Monday, May 25, 2020

Boris Johnson Beware! The Knives are out for Dominic Cummings

It's pretty much universal: Boris Johnson's support of Dominic Cummings is a suicide move. A petition calling for a public vote of no confidence in the PM has 107,000 signatures so far and cross-party calls for Cummings to go are burgeoning out of control. Nineteen Conservative MPs have gone on record.  International press is scathing of Johnson. So is the Church of England. Thirteen bishops have publicly expressed their outrage.

Johnson is trying to brazen it out, unwilling to accept that what worked for him over Brexit and in the GE has turned into a minefield. Even going back to post election, he has cynically tapped into the heroism of the second world war and the spirit of unity, playing at Churchill, to get voters to like him, forgive him his incompetence and faults, and do what he wants. He was successful enough to win a giant majority and then to get most to accept lockdown when Covid-19 hit us between the eyes. But he made the rookie mistake of thinking the loyalty is to him and his government.

It isn't. It's to the principle of honour. Not difficult to rouse in a country that prides itself on exceptionalism – even though it faded away long ago – and where nationalism has been heavily exploited for political purposes for four years.

Honour is a fierce animal, though and once roused, it's not easily hoodwinked. So the government's constant lies, incompetence, cover-ups, and the suffering and lives lost as a consequence, have registered; slowly at first but with increasing rapidity. Especially since Keir Starmer took over as leader of the opposition, because he is a man of honour and easily recognizable as such, even to Conservatives.

The UK is often compared to the US. Now, in backing Dominic Cummings' inexcusable lockdown flout, flying in the face of significant rebellion in his own party and even the right wing press, and following close on the heels of the latest opinion poll that showed Starmer surging ahead in popularity and respect, Johnson is playing Trump's game. It's an unwise move. This isn't America, where Republicans have allowed Trump to reduce them to a pack of zombies. Some Conservatives do have independence of mind, or at least enough to make them see the dangers of siding with Johnson, and they're more open to facing the reality that the power they gained with the last election is disintegrating at the speed of light.
No matter how much power you think you have, you can't survive in politics without friends. Dominic Cummings has made a lot of enemies in the Cabinet, MPs nursing their grudges secretively, craving an opportune moment. That moment is now.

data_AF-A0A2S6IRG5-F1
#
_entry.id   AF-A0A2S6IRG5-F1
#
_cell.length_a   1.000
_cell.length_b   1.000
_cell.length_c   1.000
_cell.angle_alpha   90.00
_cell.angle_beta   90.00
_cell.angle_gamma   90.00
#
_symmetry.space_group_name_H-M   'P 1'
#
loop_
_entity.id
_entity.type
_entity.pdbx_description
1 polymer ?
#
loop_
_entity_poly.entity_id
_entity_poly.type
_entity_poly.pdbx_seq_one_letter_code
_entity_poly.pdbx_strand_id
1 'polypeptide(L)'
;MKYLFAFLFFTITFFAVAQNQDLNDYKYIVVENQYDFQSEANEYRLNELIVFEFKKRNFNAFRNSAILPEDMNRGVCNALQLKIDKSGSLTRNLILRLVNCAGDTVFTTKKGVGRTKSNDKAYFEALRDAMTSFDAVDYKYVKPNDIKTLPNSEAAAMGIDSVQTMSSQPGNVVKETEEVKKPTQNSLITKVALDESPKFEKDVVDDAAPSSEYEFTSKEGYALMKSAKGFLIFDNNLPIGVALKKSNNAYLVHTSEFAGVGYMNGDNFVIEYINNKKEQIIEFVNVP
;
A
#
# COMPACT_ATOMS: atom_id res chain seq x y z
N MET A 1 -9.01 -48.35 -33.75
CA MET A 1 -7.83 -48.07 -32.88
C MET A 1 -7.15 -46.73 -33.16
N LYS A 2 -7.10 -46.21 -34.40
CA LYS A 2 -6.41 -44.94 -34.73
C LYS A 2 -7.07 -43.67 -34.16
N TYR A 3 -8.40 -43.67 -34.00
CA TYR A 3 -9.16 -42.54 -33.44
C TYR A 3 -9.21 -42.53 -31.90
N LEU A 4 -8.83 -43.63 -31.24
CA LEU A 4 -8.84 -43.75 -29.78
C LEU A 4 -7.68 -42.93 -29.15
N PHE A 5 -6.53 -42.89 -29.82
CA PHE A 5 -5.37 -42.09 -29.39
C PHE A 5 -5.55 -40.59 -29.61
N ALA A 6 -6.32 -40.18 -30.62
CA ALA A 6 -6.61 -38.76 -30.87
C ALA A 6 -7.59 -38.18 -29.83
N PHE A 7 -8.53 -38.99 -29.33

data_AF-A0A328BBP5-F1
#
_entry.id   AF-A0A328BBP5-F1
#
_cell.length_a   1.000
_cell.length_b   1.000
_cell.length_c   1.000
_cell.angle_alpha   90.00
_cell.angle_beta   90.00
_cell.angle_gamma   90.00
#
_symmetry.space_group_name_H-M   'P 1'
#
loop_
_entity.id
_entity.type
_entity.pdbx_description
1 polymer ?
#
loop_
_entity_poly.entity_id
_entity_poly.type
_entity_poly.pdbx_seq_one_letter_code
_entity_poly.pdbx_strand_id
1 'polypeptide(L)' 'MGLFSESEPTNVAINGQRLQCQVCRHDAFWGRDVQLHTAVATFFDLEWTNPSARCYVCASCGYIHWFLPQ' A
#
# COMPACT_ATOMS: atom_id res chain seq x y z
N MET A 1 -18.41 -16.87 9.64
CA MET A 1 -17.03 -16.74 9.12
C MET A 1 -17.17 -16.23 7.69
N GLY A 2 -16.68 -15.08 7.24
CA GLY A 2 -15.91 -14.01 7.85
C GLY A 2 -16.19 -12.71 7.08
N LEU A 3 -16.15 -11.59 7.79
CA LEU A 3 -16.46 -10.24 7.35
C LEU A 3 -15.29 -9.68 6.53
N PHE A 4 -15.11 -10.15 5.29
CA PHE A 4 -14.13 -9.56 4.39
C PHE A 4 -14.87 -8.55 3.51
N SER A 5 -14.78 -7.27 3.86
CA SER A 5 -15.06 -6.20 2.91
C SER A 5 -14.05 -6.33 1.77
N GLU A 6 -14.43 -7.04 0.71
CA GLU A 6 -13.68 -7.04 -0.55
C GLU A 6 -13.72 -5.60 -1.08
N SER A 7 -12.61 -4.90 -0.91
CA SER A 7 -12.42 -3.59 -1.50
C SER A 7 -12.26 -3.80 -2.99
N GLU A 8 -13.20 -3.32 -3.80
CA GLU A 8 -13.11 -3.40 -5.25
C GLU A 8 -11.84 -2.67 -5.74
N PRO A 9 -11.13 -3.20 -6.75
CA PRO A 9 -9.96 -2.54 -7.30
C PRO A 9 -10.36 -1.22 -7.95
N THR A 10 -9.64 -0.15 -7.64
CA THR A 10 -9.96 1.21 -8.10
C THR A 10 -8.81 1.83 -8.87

And a petition calling for Cummings to be sacked has 419,000 signatures and counting fast. That damn hubris. It will take you down every time.

It's impossible yet to know why Boris Johnson is clinging onto his aide. Speculation is rife on social media that Cummings has something on him. Darker secrets and conspiracy theories aside, Cummings is a vindictive bully. It could be that Johnson doesn't want to get on the wrong side of him or that he's become so dependent he can't bear the idea of life without him. Hopefully his hand will be forced. To date nineteen Conservative MPs have gone on record calling for Cummings to be fired.
Meanwhile, Keir Starmer is being the leader the whole country is yearning for, so the longer Boris Johnson lets the wounds inflicted by Cummings fester, the better it is for Labour.

Wednesday, May 20, 2020

UK Government Admits To No Tracking and Tracing as Lockdown Eases

“The UK decision to abandon tracing on 12 March 2020 is widely viewed as one of the most serious mistakes of this crisis.” – Jonathan Ashworth, MP, Labour Shadow Health and Social Care Secretary
It's well known that if you don't learn by your mistakes or those of others you will repeat them and every time you do the consequences will be increasingly disastrous. It's been the modus operandi for the UK government since Covid-19 made its first appearance.

The government, led by Boris Johnson the Incompetent– or not, since he was nowhere to be seen - arrogantly sat back and watched as infection went viral in Europe. In the blink of an eye the UK was on track to repeat Italy and Spain's experience, and then we overtook them both to become the worst hit because the government stopped testing, tracking and tracing in March. At first they said they stopped in accordance with advice from "the science", pretending there was no difference between their "science" and that of the WHO.

Then recently they admitted without shame that they told a barefaced lie and the real reason they stopped testing was a lack of capacity. No attempt back then to get up to speed as quickly as possible. No hint of lockdown. Let's play a game of herd mentality shall we?

How surprising that disaster struck. The government has made empty promises and inaccurate assertions on a daily basis and showed no remorse for the incompetence, lies and cover-ups, or the blood on their hands. They kept comparing the UK to the rest of Europe until the day UK deaths were highest in Europe, 2nd highest in the world. Then overnight it was a useless comparison.
Now, in defiance of all good sense and without consulting Scotland and Wales the government has eased lockdown. There's debate over what the R figure actually is and even if consensus were reached that it's below 1, it isn't low enough to be safe; it's an average, meaning that in some areas it's still dangerously high and now people can drive around the country, carrying infection with them. Good planning, Boris Johnson. Or is that Dominic Cummings?